Driver distraction

Title: The impact of attentional set and situation awareness on dual tasking driving performance

Organisation: University of Sussex & Open University
Date uploaded: 5th February 2019
Date published/launched: September 2017

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Highlights
Dual taskers use enduring attentional sets when resources are shared between tasks.
Reliance on attentional set contributes to decreased detection of unexpected events.
Distraction leads to longer reaction times for unexpected events.

Abstract
The impact of attentional set and situation awareness on event detection and reaction times was investigated in two simulated driving experiments.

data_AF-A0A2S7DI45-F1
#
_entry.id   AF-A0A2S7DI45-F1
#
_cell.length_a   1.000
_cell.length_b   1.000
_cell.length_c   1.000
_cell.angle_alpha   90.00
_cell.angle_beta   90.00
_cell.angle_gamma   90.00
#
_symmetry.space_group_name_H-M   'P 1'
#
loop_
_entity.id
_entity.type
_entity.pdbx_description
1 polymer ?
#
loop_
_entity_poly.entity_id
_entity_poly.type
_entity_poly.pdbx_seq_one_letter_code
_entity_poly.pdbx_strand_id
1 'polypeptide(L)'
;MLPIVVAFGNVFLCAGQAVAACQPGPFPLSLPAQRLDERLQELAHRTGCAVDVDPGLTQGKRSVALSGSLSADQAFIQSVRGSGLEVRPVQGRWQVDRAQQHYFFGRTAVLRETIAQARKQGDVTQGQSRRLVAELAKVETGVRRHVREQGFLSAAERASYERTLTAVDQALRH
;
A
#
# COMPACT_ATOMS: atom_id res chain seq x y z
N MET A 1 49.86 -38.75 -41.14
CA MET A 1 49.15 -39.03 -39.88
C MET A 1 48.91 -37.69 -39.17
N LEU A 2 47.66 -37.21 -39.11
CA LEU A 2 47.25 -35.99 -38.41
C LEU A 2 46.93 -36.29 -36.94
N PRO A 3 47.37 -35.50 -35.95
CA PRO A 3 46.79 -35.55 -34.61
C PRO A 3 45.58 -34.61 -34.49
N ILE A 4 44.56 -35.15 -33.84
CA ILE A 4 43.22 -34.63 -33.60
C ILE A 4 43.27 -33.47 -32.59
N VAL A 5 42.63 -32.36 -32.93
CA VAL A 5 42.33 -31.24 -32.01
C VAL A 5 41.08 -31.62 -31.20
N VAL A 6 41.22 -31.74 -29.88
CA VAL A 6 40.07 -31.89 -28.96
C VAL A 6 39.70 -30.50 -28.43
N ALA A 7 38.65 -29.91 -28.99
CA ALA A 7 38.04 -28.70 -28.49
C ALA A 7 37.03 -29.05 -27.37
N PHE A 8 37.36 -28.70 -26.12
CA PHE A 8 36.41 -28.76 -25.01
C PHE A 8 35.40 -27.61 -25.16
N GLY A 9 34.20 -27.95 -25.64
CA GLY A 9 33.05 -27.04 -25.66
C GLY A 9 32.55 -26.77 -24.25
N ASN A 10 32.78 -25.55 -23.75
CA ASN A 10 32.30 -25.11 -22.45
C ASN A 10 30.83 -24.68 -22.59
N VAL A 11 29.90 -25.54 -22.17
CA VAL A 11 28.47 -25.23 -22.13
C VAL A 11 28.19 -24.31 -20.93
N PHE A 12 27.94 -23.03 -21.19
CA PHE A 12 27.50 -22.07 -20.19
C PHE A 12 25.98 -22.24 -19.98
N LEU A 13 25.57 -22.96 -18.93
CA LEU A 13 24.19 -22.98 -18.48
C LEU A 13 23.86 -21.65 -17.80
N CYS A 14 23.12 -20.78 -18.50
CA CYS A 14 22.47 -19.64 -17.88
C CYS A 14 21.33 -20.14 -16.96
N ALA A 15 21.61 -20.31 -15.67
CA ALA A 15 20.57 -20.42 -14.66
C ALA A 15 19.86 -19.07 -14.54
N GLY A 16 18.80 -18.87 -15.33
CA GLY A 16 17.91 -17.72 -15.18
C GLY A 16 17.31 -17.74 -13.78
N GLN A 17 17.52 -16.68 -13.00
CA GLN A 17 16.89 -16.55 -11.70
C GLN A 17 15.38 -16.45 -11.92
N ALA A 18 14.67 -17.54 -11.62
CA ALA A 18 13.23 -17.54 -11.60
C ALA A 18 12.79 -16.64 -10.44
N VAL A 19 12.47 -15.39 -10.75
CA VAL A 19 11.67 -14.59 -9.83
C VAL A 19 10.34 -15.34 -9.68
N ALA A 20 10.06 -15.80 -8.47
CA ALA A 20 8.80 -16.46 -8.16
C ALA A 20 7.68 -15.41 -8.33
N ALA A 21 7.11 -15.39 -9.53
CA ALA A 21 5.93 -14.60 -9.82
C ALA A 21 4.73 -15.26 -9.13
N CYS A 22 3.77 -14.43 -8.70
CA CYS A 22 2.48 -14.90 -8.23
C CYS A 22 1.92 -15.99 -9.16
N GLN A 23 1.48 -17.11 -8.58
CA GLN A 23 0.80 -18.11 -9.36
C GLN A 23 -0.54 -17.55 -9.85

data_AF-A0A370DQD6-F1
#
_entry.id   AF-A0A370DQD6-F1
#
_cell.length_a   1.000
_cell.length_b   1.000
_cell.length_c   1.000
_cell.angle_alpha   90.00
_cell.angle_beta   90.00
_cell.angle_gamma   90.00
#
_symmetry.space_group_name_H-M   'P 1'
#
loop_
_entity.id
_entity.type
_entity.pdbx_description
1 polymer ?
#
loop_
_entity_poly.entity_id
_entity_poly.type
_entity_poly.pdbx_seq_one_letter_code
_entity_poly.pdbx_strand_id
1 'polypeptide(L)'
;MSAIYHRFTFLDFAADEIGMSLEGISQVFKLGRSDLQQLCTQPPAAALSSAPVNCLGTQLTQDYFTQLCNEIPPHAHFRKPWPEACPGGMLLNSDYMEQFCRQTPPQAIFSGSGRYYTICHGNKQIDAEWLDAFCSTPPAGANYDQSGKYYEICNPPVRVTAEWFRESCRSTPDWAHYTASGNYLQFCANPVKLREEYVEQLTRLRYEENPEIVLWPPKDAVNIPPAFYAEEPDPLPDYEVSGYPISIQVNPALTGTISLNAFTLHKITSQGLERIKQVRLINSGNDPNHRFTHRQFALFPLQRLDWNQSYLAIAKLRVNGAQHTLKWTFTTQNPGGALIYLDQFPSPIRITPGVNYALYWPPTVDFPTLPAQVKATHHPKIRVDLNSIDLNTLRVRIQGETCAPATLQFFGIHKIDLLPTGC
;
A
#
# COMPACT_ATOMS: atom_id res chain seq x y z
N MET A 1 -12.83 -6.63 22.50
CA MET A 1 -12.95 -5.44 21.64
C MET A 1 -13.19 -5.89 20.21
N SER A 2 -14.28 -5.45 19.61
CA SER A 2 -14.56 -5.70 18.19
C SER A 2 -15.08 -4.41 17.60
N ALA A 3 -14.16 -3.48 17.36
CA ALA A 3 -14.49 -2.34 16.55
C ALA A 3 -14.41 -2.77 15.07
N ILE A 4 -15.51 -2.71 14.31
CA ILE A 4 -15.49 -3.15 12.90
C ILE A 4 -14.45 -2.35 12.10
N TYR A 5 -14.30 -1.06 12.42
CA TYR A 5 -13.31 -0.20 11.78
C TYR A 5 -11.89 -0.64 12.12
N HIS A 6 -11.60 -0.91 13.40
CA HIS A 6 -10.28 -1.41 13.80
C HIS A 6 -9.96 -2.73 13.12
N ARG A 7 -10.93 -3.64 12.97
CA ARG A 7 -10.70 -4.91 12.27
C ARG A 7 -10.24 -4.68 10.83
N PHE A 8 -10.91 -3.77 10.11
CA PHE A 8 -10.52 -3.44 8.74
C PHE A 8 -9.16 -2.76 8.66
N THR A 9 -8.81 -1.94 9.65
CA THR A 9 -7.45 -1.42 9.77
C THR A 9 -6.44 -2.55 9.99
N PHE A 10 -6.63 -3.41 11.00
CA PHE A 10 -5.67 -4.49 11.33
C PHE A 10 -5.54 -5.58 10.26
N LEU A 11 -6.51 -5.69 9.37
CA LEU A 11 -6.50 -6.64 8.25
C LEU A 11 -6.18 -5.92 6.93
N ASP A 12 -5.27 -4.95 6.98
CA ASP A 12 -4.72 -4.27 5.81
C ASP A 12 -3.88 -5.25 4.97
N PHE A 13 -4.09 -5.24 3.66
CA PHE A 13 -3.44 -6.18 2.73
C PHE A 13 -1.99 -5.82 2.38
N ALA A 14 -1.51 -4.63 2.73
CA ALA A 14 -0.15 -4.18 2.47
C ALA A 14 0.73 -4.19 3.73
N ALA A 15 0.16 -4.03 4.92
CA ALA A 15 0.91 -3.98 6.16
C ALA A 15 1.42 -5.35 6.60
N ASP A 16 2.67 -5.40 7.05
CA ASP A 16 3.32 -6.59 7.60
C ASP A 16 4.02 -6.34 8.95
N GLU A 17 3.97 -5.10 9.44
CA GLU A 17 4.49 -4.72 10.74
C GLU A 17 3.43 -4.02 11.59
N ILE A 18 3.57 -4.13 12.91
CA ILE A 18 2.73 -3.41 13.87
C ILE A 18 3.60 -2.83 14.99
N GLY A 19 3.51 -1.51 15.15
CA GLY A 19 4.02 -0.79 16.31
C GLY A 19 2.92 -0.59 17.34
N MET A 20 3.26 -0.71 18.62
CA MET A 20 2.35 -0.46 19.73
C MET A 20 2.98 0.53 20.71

Experiment 1: 30 participants viewed and reacted to 30 driving films containing unexpected items which were either driving congruent or incongruent. Group 1 completed the task without distraction; group 2 completed a concurrent conversation task.

Experiment 2: 30 participants viewed and reacted to 20 driving films which contained unexpected yet driving relevant events. Half of the participants completed the task without distraction and half completed a concurrent conversation task.

Measures of event detection and reaction time were recorded for both experiments. Compared to undistracted participants, dual-taskers reacted to fewer unexpected events; recorded longer reaction times; and reacted to fewer incongruent and peripheral events, suggesting an enduring attentional set for driving.

Dual tasking drivers may adopt a strategy of over-reliance on schema-driven processing when attention is shared between tasks.

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